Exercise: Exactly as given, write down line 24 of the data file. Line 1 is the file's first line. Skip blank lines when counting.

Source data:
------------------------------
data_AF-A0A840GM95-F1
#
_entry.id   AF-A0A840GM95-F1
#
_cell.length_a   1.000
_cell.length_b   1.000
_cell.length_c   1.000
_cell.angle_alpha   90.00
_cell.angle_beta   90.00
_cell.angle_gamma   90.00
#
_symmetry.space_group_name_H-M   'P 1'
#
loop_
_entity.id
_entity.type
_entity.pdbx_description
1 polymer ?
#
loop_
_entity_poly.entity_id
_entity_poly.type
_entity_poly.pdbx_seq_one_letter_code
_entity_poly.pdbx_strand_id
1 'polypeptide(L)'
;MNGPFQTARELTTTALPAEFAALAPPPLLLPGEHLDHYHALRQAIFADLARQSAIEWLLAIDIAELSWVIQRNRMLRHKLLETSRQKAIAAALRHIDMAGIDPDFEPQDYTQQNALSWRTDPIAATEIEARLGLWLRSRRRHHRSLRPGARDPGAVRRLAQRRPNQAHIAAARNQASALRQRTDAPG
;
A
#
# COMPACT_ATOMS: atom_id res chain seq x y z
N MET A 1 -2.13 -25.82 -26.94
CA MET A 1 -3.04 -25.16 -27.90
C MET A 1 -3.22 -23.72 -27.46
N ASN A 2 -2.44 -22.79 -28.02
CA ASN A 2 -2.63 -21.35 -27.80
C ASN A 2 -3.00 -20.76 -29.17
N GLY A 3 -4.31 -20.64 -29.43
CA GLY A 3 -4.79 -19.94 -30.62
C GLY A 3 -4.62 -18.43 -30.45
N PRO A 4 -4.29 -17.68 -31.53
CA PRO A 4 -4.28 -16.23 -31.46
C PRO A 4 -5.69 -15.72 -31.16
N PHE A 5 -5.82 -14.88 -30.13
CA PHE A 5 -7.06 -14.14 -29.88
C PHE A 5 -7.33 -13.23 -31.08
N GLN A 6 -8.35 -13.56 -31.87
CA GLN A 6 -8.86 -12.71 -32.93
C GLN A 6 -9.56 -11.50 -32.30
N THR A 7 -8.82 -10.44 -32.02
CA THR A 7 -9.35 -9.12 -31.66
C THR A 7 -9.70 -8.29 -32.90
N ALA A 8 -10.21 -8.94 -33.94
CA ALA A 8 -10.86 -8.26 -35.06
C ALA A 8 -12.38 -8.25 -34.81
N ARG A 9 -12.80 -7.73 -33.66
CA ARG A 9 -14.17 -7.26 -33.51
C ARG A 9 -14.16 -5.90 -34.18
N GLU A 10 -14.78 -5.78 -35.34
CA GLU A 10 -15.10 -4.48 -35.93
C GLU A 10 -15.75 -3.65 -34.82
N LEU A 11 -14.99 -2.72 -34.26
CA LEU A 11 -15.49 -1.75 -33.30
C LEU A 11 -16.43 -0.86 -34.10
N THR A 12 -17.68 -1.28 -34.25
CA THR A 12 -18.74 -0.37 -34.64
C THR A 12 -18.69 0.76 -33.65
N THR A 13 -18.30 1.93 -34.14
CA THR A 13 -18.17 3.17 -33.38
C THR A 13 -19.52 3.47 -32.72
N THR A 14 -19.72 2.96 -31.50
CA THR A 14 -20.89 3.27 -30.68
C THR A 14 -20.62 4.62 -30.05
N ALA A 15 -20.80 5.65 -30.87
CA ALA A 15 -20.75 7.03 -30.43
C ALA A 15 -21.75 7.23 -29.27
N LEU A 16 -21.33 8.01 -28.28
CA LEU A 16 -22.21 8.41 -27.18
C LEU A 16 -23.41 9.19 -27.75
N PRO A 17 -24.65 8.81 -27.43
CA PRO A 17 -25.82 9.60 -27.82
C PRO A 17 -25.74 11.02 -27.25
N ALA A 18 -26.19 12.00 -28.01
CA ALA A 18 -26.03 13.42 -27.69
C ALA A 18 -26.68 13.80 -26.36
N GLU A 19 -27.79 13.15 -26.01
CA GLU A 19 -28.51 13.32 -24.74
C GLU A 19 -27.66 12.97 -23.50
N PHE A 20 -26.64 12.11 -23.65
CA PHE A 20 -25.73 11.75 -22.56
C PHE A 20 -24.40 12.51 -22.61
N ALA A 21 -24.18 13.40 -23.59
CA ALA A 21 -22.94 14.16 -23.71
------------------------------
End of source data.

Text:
_entity_poly.pdbx_strand_id